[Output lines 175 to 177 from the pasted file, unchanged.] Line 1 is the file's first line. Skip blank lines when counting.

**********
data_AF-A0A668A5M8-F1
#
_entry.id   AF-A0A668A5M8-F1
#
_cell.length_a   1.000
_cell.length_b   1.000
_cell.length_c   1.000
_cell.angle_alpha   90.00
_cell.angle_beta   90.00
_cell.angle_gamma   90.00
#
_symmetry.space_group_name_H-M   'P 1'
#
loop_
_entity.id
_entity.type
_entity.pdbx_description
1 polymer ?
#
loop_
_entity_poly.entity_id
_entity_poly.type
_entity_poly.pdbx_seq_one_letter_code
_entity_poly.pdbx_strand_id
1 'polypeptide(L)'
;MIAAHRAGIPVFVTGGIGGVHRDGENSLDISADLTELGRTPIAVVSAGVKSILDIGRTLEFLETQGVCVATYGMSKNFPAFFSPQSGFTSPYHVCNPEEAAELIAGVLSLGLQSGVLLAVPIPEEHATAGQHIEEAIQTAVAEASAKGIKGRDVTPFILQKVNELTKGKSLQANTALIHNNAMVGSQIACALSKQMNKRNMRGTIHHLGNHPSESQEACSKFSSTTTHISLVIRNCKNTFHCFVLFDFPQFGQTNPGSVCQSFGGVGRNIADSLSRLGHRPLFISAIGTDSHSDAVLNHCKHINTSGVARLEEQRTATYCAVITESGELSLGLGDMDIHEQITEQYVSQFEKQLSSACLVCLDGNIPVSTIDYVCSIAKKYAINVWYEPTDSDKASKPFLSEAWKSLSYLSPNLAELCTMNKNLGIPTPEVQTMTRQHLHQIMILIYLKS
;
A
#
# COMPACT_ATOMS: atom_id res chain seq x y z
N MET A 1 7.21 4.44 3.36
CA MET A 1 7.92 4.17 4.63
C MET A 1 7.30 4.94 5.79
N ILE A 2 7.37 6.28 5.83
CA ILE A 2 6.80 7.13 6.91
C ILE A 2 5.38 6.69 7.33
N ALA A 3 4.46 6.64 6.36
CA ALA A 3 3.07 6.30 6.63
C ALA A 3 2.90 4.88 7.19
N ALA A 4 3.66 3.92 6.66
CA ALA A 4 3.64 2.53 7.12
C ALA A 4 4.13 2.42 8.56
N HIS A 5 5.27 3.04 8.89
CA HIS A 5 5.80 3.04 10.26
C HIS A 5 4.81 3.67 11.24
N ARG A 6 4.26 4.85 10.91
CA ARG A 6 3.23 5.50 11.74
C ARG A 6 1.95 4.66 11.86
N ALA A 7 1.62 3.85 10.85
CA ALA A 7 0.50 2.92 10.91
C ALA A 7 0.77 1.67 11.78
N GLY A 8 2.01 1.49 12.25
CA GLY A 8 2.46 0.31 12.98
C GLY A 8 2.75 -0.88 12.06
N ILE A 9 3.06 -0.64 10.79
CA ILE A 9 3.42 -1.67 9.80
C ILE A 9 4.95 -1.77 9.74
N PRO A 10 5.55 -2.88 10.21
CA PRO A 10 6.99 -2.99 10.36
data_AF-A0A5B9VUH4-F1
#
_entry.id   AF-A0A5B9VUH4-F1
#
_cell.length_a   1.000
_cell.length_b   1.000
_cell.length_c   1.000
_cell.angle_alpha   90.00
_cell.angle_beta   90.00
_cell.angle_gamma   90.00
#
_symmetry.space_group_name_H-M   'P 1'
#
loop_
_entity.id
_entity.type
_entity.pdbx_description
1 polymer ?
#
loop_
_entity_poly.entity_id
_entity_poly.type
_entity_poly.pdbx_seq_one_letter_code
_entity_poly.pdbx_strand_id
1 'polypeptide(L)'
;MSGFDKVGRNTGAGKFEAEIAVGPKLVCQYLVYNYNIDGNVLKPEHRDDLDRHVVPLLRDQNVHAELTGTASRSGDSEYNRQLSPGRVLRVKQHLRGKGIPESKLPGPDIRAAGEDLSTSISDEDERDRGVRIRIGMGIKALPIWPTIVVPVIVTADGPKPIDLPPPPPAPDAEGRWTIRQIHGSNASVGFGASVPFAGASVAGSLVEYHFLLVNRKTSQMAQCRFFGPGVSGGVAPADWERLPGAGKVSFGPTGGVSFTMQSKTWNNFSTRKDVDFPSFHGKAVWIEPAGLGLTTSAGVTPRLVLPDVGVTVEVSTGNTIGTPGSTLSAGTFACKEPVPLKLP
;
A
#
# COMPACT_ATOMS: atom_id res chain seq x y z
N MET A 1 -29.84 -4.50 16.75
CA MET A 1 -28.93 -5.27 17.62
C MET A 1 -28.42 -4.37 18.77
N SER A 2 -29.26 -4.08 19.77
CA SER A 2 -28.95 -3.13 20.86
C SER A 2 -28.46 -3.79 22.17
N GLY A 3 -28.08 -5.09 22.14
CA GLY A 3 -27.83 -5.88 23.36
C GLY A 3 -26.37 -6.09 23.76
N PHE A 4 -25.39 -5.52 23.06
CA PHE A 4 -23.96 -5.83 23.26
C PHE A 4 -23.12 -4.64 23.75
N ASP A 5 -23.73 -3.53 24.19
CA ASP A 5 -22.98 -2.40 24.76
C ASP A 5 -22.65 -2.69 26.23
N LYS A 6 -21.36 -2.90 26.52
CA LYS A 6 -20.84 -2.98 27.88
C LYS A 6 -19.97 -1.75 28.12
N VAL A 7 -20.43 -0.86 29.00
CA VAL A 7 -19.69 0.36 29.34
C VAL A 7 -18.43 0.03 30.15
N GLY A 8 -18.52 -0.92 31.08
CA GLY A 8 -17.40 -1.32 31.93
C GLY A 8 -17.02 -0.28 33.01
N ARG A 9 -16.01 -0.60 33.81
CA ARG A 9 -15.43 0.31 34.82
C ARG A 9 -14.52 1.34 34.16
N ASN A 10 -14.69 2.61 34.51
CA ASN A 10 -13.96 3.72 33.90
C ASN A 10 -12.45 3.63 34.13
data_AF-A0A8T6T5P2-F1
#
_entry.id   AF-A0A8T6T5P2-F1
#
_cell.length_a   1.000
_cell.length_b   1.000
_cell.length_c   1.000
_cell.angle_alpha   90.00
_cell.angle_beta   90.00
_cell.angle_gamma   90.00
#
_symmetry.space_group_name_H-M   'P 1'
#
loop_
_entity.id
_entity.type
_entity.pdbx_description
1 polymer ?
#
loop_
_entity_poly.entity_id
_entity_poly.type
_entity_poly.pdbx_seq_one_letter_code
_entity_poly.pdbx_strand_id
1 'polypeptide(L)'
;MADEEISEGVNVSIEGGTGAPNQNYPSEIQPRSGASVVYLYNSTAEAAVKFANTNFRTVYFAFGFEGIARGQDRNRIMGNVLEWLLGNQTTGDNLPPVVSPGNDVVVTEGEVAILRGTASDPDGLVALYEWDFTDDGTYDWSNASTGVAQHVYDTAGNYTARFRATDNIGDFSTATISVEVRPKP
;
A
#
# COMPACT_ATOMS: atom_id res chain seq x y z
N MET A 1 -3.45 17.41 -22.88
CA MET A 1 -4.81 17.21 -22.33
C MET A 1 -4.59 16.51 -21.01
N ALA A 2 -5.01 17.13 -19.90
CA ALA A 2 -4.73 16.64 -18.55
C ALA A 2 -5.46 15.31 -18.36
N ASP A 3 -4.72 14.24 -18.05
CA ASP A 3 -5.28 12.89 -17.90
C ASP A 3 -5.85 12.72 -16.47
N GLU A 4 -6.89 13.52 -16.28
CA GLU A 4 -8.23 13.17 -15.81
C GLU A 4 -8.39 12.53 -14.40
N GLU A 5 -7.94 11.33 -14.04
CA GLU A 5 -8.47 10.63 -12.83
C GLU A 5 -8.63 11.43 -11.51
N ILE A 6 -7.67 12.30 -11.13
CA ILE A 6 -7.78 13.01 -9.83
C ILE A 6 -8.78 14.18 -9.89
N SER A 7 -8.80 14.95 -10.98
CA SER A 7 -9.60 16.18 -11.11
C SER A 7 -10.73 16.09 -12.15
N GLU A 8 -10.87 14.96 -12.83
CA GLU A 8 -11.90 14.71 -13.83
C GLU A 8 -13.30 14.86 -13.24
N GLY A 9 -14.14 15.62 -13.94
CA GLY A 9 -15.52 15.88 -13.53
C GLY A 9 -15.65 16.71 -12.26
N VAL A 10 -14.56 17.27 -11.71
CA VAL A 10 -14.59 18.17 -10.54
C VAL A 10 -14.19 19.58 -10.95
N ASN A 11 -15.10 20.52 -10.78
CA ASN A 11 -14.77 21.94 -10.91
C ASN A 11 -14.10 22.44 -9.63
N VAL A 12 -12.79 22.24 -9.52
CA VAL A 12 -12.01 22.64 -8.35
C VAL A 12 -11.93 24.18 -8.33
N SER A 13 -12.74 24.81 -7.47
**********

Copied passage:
CA GLY A 9 -15.52 15.88 -13.53
C GLY A 9 -15.65 16.71 -12.26
N VAL A 10 -14.56 17.27 -11.71